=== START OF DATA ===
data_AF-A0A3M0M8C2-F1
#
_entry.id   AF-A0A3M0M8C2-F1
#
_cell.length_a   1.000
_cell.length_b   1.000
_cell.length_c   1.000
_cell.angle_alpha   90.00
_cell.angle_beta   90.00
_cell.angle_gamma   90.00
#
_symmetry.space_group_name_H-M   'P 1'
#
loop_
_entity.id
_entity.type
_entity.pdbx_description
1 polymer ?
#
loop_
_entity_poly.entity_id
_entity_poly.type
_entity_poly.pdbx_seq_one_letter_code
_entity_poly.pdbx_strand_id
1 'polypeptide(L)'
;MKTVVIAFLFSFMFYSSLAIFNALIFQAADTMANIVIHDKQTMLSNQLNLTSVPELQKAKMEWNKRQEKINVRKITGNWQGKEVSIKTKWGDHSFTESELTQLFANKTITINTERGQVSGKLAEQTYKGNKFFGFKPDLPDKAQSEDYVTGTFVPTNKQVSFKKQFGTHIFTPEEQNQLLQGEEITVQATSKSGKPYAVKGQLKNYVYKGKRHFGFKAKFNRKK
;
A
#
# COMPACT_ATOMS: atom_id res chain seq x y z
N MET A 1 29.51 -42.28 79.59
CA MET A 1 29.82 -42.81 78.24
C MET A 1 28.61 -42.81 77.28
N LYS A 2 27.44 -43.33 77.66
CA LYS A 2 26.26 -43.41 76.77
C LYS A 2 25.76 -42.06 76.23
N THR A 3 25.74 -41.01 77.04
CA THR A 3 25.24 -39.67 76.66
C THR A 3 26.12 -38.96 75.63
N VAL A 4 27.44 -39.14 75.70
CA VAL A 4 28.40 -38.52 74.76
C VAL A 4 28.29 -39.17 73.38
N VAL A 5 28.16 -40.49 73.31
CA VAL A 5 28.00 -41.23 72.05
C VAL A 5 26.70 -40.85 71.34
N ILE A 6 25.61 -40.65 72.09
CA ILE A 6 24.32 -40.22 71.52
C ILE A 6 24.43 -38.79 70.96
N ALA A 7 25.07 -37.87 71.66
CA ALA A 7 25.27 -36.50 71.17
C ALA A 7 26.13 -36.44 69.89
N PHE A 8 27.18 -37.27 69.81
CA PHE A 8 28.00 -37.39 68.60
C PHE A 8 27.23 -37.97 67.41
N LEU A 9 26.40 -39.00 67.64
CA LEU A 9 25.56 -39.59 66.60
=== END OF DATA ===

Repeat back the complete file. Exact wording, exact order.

data_AF-A0A3M0M8C2-F1
#
_entry.id   AF-A0A3M0M8C2-F1
#
_cell.length_a   1.000
_cell.length_b   1.000
_cell.length_c   1.000
_cell.angle_alpha   90.00
_cell.angle_beta   90.00
_cell.angle_gamma   90.00
#
_symmetry.space_group_name_H-M   'P 1'
#
loop_
_entity.id
_entity.type
_entity.pdbx_description
1 polymer ?
#
loop_
_entity_poly.entity_id
_entity_poly.type
_entity_poly.pdbx_seq_one_letter_code
_entity_poly.pdbx_strand_id
1 'polypeptide(L)'
;MKTVVIAFLFSFMFYSSLAIFNALIFQAADTMANIVIHDKQTMLSNQLNLTSVPELQKAKMEWNKRQEKINVRKITGNWQGKEVSIKTKWGDHSFTESELTQLFANKTITINTERGQVSGKLAEQTYKGNKFFGFKPDLPDKAQSEDYVTGTFVPTNKQVSFKKQFGTHIFTPEEQNQLLQGEEITVQATSKSGKPYAVKGQLKNYVYKGKRHFGFKAKFNRKK
;
A
#
# COMPACT_ATOMS: atom_id res chain seq x y z
N MET A 1 29.51 -42.28 79.59
CA MET A 1 29.82 -42.81 78.24
C MET A 1 28.61 -42.81 77.28
N LYS A 2 27.44 -43.33 77.66
CA LYS A 2 26.26 -43.41 76.77
C LYS A 2 25.76 -42.06 76.23
N THR A 3 25.74 -41.01 77.04
CA THR A 3 25.24 -39.67 76.66
C THR A 3 26.12 -38.96 75.63
N VAL A 4 27.44 -39.14 75.70
CA VAL A 4 28.40 -38.52 74.76
C VAL A 4 28.29 -39.17 73.38
N VAL A 5 28.16 -40.49 73.31
CA VAL A 5 28.00 -41.23 72.05
C VAL A 5 26.70 -40.85 71.34
N ILE A 6 25.61 -40.65 72.09
CA ILE A 6 24.32 -40.22 71.52
C ILE A 6 24.43 -38.79 70.96
N ALA A 7 25.07 -37.87 71.66
CA ALA A 7 25.27 -36.50 71.17
C ALA A 7 26.13 -36.44 69.89
N PHE A 8 27.18 -37.27 69.81
CA PHE A 8 28.00 -37.39 68.60
C PHE A 8 27.23 -37.97 67.41
N LEU A 9 26.40 -39.00 67.64
CA LEU A 9 25.56 -39.59 66.60